Without State Aid, MBTA GM Leaning Toward Fare Hikes

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Uncertain about the Legislature’s timetable and preference for addressing the state’s long-term transit financing needs, MBTA General Manager Beverly Scott is leaning toward a budget solution reliant most heavily on increased fare revenue to close a $117 million budget gap.

Scott told members of the MassDOT Board Tuesday that reducing bus service is the “simplest and most cost-effective” way to squeeze savings out of the MBTA system, but said it also impacts the poorest and most transit dependent citizens in the state.

“If we’re talking one-time bridge, I will tell you in terms of final recommendation, there’s going to be more leaning toward fare because of exactly that set of tensions that we have going on,” Scott said, adding that increased fares are also the most easily reversed if the Legislature identifies new revenue for the agency.

After closing a budget gap last year with fare hikes and state bailout funds, the MBTA is facing an April 10 deadline to have a fiscal 2014 budget in place that addresses this year’s $117 million budget gap.

Charles Planck, senior director of strategic initiatives and performance at the MBTA, estimated that an average fare increase of between 27 percent and 33 percent would be needed across all modes of transportation to generate $130 million, or between 13 percent and 15 percent to net $65 million in new revenue. The MBTA raised fares on average of 23 percent last year to close its fiscal 2013 budget gap, an increase that dented the personal budgets of riders but which did not produce a drop in ridership that had been predicted, in part due to high gas prices.

Though there is some appetite in the House and Senate to advance a transportation financing solution that would address that budget gap, the MBTA must still prepare for the possibility that no new funding becomes available.

“I’ve lived too many lives, and so until you actually have the dollars I presume nothing,” said Scott, who came to Boston from Atlanta where she ran the transit system. “I just left a place where I had to take buses down from 131 to 91 routes, reduce 10.2 percent in terms of rail service and wound up doing significant increases and laying off and reducing staff by 750 positions.”

Scott’s comment came during a meeting of the MassDOT Finance and Audit Committee on Tuesday where MBTA officials updated the board on their latest thinking for a fiscal 2014 budget solution. A final recommendation to close the budget gap could come next week when the committee meets again on Thursday.

MBTA Chief Financial Officer Jonathan Davis said he has identified $75.5 million in one-time revenues that could help shrink the gap, but would also take away from the MBTA capital maintenance program and build in a certain deficit next year without new revenue.

Davis proposed taking $45 million in additional federal maintenance funds out of the capital program to cover operating expenses, and said the T expects a $13 million surplus this year that could be carried over to fiscal 2014. He also suggested deferring a $5 million contribution to its retiree health benefit liability, and applying to the operating budget $5 million in funding from the lease of the North Station parking garage, $3.1 million from legal settlements, and $4.5 million in property sales all earmarked now for capital improvements.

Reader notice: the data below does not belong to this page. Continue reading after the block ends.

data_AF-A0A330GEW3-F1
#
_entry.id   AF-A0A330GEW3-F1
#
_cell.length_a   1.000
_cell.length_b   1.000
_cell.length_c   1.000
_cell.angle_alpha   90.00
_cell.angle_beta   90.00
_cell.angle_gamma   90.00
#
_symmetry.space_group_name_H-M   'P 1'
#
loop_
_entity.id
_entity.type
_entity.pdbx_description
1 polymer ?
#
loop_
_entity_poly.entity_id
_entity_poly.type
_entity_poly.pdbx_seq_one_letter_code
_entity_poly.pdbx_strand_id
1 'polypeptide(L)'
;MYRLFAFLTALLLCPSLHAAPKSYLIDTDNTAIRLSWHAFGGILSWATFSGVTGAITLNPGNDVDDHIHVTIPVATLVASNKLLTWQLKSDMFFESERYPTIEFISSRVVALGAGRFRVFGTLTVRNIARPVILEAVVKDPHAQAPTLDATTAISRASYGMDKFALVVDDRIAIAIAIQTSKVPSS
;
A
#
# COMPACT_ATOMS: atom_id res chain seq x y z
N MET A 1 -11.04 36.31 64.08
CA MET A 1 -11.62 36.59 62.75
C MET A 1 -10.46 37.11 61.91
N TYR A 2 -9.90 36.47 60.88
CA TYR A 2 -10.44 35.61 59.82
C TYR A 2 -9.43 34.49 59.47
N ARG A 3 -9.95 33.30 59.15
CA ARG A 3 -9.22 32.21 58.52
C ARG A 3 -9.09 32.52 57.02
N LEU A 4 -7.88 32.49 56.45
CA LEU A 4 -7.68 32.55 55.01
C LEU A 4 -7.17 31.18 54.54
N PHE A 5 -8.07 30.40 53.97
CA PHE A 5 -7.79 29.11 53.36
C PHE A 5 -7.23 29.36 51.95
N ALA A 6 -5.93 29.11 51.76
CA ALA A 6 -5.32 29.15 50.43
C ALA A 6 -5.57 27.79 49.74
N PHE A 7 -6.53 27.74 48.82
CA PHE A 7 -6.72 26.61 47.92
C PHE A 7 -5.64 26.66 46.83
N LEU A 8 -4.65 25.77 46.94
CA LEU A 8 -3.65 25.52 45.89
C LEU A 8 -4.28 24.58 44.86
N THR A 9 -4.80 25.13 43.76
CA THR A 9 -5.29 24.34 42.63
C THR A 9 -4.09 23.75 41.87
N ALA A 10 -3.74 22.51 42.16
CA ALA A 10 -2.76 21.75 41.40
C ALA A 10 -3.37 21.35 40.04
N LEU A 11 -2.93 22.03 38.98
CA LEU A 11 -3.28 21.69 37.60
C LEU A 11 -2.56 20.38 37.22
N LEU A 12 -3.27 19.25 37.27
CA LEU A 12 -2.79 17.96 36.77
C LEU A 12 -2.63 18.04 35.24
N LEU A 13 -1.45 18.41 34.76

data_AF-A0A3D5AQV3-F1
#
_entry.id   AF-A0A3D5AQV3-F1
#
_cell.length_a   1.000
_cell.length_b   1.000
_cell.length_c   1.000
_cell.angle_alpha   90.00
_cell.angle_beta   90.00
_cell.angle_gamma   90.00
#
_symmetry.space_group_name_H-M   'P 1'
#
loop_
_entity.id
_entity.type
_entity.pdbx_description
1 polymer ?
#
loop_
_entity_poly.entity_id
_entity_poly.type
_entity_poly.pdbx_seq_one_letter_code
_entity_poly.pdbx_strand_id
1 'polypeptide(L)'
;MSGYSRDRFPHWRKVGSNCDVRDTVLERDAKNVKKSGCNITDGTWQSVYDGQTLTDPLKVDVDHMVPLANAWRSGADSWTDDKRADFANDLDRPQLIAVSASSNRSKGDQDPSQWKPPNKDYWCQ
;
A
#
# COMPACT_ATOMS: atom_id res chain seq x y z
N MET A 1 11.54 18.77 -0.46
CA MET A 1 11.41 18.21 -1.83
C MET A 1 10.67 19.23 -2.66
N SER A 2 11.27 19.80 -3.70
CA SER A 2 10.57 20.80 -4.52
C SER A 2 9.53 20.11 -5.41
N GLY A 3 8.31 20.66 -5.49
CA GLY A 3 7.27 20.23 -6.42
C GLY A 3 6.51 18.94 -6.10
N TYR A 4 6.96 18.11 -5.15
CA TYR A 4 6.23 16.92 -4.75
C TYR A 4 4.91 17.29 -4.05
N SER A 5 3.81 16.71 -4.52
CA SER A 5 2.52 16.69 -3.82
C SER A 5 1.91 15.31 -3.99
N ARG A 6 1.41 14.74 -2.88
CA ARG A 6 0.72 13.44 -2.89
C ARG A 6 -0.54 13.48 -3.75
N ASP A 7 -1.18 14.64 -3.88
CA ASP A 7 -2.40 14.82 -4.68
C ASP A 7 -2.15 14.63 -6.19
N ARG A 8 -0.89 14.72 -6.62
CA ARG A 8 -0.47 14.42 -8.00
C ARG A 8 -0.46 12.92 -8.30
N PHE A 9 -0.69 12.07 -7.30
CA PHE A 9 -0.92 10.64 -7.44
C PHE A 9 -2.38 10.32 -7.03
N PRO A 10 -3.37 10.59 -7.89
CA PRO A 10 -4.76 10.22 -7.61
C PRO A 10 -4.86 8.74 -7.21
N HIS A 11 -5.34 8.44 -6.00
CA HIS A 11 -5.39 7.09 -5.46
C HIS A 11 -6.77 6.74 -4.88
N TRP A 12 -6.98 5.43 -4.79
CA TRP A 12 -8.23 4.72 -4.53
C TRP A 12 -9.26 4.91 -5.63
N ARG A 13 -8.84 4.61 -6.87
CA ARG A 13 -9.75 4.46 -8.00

Those steps, according to Davis, could shrink the budget gap for the coming fiscal year to just under $42 million, but Scott described the steps as “bleeding the wrist” of the agency that would impact its ability to maintain the bus, subway and commuter rail system.

“The cost is not doing all the states of good repair projects that benefit our customers, benefit the system and improves reliability,” Davis said.

The remaining gap would have to be closed with fare increases, service cuts or a blend of both.

Planck presented the boards with options for service cuts and bus fare increases that could save over $27 million, but would require eliminating 41 weekday bus routes, bus service after 8 p.m., RIDE service after 8 p.m. and ferry subsidies.

“Be real, we’re never going to do that. Why is it even on the list?” MassDOT Board Chairman John Jenkins said, referring to the elimination of all bus service after 8 p.m. that could save an estimated $8.5 million.

“We don’t want to do any of them,” Scott responded.

Board member Ferdinand Alvaro also questioned why the MBTA would consider raising bus fares to be in line with subway fares before considering raising commuter rail fares, whose customers are typically more affluent and able to pay than bus riders.


Planck said that if the Legislature does not approve a significant, long-term new revenue stream for the MBTA this year, the agency would have to start considering later this year a more permanent “resizing” of the transit system that could be sustained with current funding levels.

“They’re not the kind of actions that can be taken year after year,” Planck said.

John Robinson, of Massachusetts Senior Action Council, told the board that last year’s decision to double the cost of a fare on the RIDE from $2 to $4 has limited access to public transit for many seniors and disabled riders. He said Mass Senior Action is planning a “speak out” in the transportation building next Thursday to coincide with the next committee meeting.

This program aired on March 19, 2013. The audio for this program is not available.